Lal Vs. State of Rajasthan  Insc 529 (1 November 2000)
Thomas, & R.P. Sethi. THOMAS, J.
Appellant claimed that since the milk he sold was that of a she-camel he cannot
be prosecuted and convicted under the provisions of the Prevention of Food
Adulteration Act, 1954, (for short the Act). The trial court accepted his claim
and acquitted him on the premise that no standard has been fixed under the Act
for such milk. But the High Court, after holding that camels milk could not be
sold for human consumption, further held that the milk sold was not shown to be
camels milk at all. Nonetheless, learned single judge of the High Court, on the
appeal preferred by the State, convicted the appellant under Section 16(1) of
the Act and sentenced him to rigorous imprisonment for 6 months and to pay a
fine of Rs.1,000/-.
Singh, learned counsel for the appellant seemed to be more concerned with that
part of the judgment by which the High Court declared that camels milk cannot
be sold for human consumption. Learned counsel expressed the apprehension that
the above view of the High Court would affect the people of the State of Rajasthan by and large as many of them
habitually consume camels milk.
is a 22-year old story as the Food Inspector had purchased milk from the
appellant on 9.10.1978. He took sample therewith on the spot. One part of the
sample was sent to the Public Analyst for examination. The report of the Public
Analyst showed that the sample was examined and found to contain 25% of added
water and that the milk fat was 4.1% and the milk solid non-fat was 6.74%.
After the prosecution evidence was completed in the trial court appellant
offered himself to be examined as a witness. In his evidence he did not dispute
the fact that Food Inspector purchased milk from him nor the stand of the Food
Inspector that sampling was done in his presence. However, appellant took the
stand that it was milk of camel which was edible and that he did not add water
to it. His defence was that no standard was fixed for camels milk and hence he
is not liable to be convicted on the strength of the report of the Public
an unnecessary exercise to discuss whether the milk sold by the appellant was camels
milk or any other class of milk. In this case the prosecution did not suggest
what class of milk had been sold to the Food Inspector.
we have to proceed on the assumption that the milk sold by the appellant was camels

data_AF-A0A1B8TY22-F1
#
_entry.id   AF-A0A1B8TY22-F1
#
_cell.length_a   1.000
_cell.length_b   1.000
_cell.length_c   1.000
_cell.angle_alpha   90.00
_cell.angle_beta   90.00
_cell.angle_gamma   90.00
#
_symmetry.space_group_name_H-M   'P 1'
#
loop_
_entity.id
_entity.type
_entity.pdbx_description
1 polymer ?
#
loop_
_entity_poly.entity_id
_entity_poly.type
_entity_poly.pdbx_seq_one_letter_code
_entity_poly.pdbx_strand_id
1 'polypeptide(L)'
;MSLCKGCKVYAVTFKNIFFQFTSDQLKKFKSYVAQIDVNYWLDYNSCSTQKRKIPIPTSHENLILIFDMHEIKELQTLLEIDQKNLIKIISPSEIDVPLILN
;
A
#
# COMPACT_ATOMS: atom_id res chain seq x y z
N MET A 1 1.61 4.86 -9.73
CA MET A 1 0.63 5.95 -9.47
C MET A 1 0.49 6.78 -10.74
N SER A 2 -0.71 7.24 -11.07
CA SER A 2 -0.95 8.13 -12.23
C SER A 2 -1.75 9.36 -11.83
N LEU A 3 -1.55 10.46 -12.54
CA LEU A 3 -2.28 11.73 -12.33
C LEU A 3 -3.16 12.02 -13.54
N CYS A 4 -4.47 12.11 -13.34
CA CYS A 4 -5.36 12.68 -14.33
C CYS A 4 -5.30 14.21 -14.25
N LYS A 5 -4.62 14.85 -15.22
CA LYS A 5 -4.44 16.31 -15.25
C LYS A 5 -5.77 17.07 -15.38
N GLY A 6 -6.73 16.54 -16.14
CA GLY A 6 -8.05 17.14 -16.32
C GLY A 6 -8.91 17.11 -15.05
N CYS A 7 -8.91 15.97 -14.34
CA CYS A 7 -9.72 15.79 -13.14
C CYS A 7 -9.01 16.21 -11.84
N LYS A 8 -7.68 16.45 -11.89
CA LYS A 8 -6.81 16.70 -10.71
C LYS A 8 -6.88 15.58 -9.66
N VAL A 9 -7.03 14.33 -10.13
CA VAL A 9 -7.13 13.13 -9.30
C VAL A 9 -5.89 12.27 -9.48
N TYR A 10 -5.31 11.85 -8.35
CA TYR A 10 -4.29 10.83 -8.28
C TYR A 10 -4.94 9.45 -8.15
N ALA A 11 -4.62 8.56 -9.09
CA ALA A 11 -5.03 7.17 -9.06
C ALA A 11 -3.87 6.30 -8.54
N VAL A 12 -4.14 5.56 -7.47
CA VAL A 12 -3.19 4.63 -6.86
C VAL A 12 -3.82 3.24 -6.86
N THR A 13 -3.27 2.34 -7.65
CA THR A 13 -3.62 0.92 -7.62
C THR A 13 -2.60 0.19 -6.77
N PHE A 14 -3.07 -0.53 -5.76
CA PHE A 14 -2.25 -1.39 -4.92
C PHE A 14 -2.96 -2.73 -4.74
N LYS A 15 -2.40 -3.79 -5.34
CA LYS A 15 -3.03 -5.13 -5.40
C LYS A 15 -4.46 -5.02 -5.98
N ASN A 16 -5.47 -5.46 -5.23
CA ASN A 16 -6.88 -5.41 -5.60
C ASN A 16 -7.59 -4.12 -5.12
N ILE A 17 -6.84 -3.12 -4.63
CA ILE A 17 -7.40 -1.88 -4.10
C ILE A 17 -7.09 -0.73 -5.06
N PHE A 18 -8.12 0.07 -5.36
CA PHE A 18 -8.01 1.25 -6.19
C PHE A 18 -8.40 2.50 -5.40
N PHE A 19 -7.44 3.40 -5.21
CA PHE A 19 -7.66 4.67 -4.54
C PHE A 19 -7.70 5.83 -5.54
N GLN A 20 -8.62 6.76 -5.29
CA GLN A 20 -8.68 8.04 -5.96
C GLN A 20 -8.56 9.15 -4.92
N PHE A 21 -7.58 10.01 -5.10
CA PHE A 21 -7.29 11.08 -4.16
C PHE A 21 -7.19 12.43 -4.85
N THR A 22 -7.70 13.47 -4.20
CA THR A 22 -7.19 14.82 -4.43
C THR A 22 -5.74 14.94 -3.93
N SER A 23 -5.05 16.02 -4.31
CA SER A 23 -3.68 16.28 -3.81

milk. Appellant opted to give defence evidence on the impression that the
charge which he was called upon to face was that he sold milk which was not
usable for human consumption.
III of the Prevention of Food Adulteration Rules (for short the Rules) contains
Definitions and Standards of Quality of various
articles of food. Rule 5 which falls@@ JJ within the said Part says that the
standards of quality of various articles of food specified in Appendix B to these
Rules are as defined in that appendix. Milk is defined in Item A.11.01.01 of
Appendix B as the normal mammary secretion derived from complete milking of
healthy milch animal without either addition thereto or extraction therefrom.
But it shall be free from colostrum. The above definition does not
differentiate between milk of different animals. Hence it is clear that camels
milk also would fall within the amplitude of the said definition. The question
whether the camel milk can be consumed by human beings as a food article need
not vex us much, for, the Food Inspector in this case took the sample on the
assumption that it was a food article. If it was not a food article the Food
Inspector had no power to take sample therefrom.
10 of the Act confers power on the Food Inspector to take sample of any article
of food. Food is defined in Section 2(v) as any article used as food or drink
for human consumption, other than drugs and water and includes .
the items included thereby are not very relevant for the purpose of this case
the remaining part of the definition is omitted). We may observe that an
article which is food does not lose its character as food by the fact that it
was also used or sold for other purposes.
observing that camels milk could not have been sold for human consumption
learned single judge of the High Court proceeded to consider the evidence in
the case to ascertain whether the sample was really that of camels milk. The